Moreover, when we do serve others, we also can reap the approbation of others - that is, enhance our status.

These are not impurities of altruistic service.  This is the very human and social way that we learn how to be altruistic servants.

America Acts as One Commonwealth Whenever It Can Check The Southern Grandees


The vision of America as one commonwealth comes from Reformed, Catholic, and Jewish worldviews.  The Yankee vision of the city on a hill translated into the progressive policies of the early Republican Party.  Catholic social teaching and Jewish repair of creation views were joined to this progressive Protestant view (which had changed parties by then) to underscore the New Deal.

Opposition to the view of America as one commonwealth comes from what Michael Barone calls the Southern Grandees.  Marrying racism and exploitation of cheap labor, they have consistently opposed universal social welfare policies.  This has been true in every era of America, from Jamestown to today.

The United States has been able to adopt universal social welfare policies when the Southern Grandees have been checked.  This was especially true during and just after the Civil War, and partly true in the Depression and the Civil Rights movement.

The Southern Grandees, and their fellow travelers, are dominant at the national level right now.  But history gives us plenty of reason to hope they will be checked once again.  America is one commonwealth, and will be able to act like it once again.

When Faced With Moral Hazard, Err On the Side of the Innocent


Moral hazard is the idea that, if you insure against some hazard, the insured will act in an even riskier way, knowing they are insured.  Economists usually just focus on the economic costs of changing the balance of risk.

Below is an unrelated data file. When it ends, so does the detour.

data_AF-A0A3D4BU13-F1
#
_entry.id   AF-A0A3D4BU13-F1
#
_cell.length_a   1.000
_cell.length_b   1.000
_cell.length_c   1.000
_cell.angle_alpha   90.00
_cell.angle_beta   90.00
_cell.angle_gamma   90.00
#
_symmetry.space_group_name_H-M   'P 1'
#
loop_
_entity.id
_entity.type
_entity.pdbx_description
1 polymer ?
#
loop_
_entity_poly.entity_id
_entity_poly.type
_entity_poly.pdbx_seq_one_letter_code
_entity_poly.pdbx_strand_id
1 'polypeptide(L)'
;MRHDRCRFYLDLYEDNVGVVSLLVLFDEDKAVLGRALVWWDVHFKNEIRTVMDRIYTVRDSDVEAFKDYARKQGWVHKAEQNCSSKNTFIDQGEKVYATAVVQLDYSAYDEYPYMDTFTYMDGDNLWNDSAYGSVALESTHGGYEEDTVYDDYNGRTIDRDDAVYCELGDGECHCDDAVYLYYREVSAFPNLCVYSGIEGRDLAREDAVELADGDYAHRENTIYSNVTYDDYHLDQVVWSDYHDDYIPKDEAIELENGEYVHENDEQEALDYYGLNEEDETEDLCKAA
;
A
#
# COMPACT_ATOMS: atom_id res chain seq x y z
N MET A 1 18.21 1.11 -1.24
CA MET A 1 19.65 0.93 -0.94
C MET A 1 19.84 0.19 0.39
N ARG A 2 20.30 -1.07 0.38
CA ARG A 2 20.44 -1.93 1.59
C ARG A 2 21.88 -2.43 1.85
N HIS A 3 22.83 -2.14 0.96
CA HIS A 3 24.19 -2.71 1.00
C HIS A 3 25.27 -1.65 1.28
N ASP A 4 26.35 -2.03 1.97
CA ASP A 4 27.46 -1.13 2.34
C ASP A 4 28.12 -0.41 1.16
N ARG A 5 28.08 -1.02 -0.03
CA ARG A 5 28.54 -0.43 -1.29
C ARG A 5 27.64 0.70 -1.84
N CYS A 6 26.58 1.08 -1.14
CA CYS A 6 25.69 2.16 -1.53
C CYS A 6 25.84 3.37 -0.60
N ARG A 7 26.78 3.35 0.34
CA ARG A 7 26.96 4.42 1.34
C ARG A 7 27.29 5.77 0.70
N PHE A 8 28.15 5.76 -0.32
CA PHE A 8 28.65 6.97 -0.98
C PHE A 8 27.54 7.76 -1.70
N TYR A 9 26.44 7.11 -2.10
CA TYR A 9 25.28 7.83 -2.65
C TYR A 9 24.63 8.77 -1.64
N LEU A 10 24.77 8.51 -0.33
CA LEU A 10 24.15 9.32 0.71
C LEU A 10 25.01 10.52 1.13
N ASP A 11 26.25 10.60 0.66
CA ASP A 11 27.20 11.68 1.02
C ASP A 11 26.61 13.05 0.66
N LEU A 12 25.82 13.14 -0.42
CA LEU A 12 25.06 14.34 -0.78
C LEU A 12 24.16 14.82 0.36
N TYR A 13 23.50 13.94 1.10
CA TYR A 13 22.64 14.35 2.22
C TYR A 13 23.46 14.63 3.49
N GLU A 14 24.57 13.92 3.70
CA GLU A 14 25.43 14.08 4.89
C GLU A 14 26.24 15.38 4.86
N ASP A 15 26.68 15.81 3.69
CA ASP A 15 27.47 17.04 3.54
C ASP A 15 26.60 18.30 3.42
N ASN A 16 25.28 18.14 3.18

The moral part of moral hazard, though, is that people will behave worse than they otherwise would if we, collectively, try to protect people against bad actions.

This has led some people to harden there hearts - if we have no social insurance, then everyone will behave better because they are on their own.

Yet this runs the risk of hurting people who are hurt through no fault of their own.  It is to take care of the vulnerable that we create social insurance in the first place.

So which side should we err on -- taking care of the injured innocent, or promoting the risky guilty?

Personalism - treating everyone as a worthy person - says we err on the side of protecting the innocent, even at the cost of producing some more bad behavior than we otherwise would have.

We Don't Like to Contemplate Our Vices, But Could Reap the Easiest Benefit from Doing So


It is easier to contemplate our virtuous habits than our vicious ones, because we don't want to think about the ways we are vicious.

Yet Aristotle is right that contemplation leads to the highest happiness.  I take this to mean that happiness requires the continuous feedback of contemplation of our habits, both the good habits and the bad ones.  Gretchen Rubin, in The Happiness Project, found that she was made happier by reducing her bad habits than by increasing her good ones.

Contemplating our vices, and reducing the habitual ways in which we engage in them, are the low-hanging fruit for increasing our own happiness.  But, for the reason given above, we resist contemplating our vices.

Aung San Suu Kyi is Squandering Her Moral Capital by Persecuting Muslims


I have admired Aung San Suu Kyi above all current world leaders.  She earned her Nobel Peace Prize in the long democratic resistance to the military dictatorship in Burma/Myanmar.

Now, though, the government and local mobs are killing and burning out the Royhingya, a Muslim minority whom the Buddhist majority regard as foreigners and an impurity in the body politic.

In any other country, "The Lady" would be part of the opposition to this ethnic cleansing.

It is therefore very sad that she is squandering it by not stopping this evil act.

Karma is ... a Nice Young Woman


We had a wonderful family moment at our recent reunion.  One daughter asked another go get her something.  It is probably relevant that it was a younger sister asking an older one; also, that they are now grown women.

The asker reminded the askee of the many times in their youth when the roles were reversed.

This was a happy exchange, and the returned service was readily offered.

Which prompted me to say "Karma is a nice young woman."

Which then led the whole family to reflect on how we usually take justice to be harsh.  Yet, just as often, what we deserve for the many good things we do in life is good things in return.